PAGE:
There is something magical about walking into Walmart or Target in July and seeing the shelves of brand new, sparkling school supplies. Don’t get me wrong—as a mom and teacher I probably appreciate those lazy summer months more than most, but nothing beats the sight and smell of a fresh box of crayons and the feel of a clean, unopened notebook. I know I sound a little crazy, but hear me out.
New school supplies symbolize a new beginning. When I see the bins of markers, scissors, and glue, I can’t help but think of the journey I’m going to take with my students in the upcoming school year. I’ll teach them, but they’ll teach me just as much. Within the four walls of our classroom, we’ll create, collaborate, celebrate, cry, encourage, and grow.
I know I make it sound a little too perfect, but here’s the thing. Those 27 faces I greet at the door each morning won’t always want to be there, and surely won’t realize what a privilege it is to be there. In most cases, families in the United States don’t think twice about elementary, junior high, and high school. We send our kids to school because, well, why wouldn’t we? They need to learn, and we need to go to work or do other grown up things during the day.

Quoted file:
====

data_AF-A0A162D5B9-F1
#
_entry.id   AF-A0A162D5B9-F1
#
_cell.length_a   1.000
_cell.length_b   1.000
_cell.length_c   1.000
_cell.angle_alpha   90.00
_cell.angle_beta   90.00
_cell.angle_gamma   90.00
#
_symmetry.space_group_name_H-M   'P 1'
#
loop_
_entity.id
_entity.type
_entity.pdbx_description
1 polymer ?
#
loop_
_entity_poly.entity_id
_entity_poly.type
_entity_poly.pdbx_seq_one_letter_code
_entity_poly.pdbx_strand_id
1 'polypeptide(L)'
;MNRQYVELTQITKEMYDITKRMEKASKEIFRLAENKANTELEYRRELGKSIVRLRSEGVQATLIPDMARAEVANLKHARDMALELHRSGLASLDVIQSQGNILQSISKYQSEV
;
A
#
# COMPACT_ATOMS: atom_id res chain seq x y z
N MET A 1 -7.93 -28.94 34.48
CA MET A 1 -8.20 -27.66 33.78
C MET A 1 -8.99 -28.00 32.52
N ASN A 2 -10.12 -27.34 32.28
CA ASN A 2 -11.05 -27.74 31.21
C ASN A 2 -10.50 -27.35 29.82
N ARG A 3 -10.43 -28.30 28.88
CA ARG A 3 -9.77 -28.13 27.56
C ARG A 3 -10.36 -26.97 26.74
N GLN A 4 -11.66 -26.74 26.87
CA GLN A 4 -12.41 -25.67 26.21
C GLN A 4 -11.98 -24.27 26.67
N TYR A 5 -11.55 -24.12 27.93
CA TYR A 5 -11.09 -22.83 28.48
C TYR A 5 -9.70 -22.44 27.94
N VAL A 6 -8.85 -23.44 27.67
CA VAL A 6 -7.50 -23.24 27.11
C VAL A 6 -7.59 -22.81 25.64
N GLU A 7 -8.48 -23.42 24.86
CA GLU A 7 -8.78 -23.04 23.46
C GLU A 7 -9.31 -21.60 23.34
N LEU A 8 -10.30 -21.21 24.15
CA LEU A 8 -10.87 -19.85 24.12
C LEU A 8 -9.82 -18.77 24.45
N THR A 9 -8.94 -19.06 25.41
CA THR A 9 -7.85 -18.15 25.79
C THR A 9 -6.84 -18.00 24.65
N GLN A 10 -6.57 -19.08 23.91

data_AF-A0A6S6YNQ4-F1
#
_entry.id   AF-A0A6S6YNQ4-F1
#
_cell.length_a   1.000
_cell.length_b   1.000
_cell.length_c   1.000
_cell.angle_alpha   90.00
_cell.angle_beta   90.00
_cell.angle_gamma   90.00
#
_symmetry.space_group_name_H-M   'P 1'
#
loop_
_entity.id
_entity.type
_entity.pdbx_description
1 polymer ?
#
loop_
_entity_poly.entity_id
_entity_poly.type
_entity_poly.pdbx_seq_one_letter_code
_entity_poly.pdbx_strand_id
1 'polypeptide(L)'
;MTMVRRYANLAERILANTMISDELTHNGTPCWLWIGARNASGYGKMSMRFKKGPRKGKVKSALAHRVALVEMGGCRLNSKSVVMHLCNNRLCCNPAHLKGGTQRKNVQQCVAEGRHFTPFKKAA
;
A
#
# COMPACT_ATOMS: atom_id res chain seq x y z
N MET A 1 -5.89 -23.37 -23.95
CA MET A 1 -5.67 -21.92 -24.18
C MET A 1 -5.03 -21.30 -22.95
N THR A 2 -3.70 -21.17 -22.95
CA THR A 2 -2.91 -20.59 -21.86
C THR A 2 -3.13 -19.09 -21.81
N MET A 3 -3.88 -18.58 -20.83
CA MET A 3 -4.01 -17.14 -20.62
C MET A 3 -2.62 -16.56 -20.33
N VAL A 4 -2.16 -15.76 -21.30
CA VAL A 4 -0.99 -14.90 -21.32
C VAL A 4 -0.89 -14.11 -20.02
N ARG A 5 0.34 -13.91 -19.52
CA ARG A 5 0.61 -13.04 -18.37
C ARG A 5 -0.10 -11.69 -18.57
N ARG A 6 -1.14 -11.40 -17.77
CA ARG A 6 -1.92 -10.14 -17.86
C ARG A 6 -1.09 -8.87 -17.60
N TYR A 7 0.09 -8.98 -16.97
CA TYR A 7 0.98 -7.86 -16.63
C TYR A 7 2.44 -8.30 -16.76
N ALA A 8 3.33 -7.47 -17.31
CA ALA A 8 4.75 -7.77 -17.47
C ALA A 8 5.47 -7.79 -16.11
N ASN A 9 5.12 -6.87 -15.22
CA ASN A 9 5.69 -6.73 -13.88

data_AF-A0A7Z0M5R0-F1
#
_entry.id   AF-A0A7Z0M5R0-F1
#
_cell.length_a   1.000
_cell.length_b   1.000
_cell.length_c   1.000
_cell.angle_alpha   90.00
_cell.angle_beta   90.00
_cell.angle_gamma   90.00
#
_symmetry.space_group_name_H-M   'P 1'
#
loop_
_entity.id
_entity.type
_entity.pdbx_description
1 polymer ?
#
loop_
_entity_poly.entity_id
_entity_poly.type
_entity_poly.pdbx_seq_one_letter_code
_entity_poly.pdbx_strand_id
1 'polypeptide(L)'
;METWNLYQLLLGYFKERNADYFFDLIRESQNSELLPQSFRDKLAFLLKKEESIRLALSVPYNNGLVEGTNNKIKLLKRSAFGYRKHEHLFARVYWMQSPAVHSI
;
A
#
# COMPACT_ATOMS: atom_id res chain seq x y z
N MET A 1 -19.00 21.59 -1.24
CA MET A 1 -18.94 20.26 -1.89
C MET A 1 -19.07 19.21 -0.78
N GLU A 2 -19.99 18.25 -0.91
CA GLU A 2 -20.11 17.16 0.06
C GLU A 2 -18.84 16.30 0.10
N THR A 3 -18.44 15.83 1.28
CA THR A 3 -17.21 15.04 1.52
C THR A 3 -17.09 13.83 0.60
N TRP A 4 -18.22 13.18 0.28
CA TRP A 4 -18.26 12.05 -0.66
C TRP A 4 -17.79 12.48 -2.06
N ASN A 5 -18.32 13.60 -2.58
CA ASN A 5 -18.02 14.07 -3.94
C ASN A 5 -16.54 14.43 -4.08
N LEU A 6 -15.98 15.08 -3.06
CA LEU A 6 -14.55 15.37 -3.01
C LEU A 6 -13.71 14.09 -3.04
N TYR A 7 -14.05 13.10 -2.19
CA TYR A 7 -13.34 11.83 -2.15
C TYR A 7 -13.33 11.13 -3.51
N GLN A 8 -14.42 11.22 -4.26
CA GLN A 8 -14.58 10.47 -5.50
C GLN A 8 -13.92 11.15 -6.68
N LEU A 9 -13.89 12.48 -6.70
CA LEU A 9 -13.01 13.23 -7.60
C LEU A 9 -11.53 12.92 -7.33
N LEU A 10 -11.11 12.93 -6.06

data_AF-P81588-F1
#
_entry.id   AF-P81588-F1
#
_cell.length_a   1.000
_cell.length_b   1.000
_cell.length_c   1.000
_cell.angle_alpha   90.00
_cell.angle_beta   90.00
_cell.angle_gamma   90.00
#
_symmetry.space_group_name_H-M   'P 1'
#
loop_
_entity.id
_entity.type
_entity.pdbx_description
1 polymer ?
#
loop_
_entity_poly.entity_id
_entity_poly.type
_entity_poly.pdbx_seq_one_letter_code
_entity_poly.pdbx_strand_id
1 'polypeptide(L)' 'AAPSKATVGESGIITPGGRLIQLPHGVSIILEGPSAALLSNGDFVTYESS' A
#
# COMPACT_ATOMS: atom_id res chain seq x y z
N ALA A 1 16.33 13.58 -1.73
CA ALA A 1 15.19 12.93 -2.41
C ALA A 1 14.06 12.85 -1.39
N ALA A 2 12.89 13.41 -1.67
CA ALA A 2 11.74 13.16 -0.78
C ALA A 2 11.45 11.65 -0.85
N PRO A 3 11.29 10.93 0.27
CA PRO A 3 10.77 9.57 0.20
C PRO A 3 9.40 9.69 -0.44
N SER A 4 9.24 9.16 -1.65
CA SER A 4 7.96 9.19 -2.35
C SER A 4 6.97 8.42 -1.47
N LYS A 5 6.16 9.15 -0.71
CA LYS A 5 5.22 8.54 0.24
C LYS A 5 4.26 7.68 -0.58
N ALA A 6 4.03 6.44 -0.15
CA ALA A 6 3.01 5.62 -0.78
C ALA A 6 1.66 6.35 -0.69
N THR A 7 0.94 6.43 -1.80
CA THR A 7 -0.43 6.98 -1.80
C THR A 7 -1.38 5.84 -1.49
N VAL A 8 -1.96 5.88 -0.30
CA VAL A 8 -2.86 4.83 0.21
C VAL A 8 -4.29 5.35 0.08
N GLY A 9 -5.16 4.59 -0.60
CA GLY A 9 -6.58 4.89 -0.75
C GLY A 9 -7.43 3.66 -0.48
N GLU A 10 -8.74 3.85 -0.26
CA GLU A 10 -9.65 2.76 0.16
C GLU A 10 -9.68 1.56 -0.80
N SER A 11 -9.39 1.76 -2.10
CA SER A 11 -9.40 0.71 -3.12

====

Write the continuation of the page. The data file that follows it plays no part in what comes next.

We rarely think about the families in Ghana (and countless other parts of the world) who can’t send their children to school because they need them to work to help support their families. In Akatim, most families farm for a living. It takes the help of each family member to get the farm work accomplished. The incredible headmasters and teachers at the Akatim Basic School, along with The Senase Project, put all of their efforts into ensuring that the students come to school so that they might create a future for themselves in which they don’t have to struggle with the decision to keep their children home to work, or send them to school to learn.
As our supporter, you are making that future a reality for students in Akatim.
So the next time you see your friendly neighborhood teacher sitting on the floor at Walmart counting out exactly 300 notebooks in just the right colors, (not that I would ever do something like that), take a quick second to be thankful for whatever education and opportunities you’ve received. Take a quick second to reflect on the endless opportunities that those notebooks and other school supplies represent. And take a quick second to send some positive vibes to our friends in Akatim as they start their new school year. Our circumstances may be a little different, but our hearts are the same.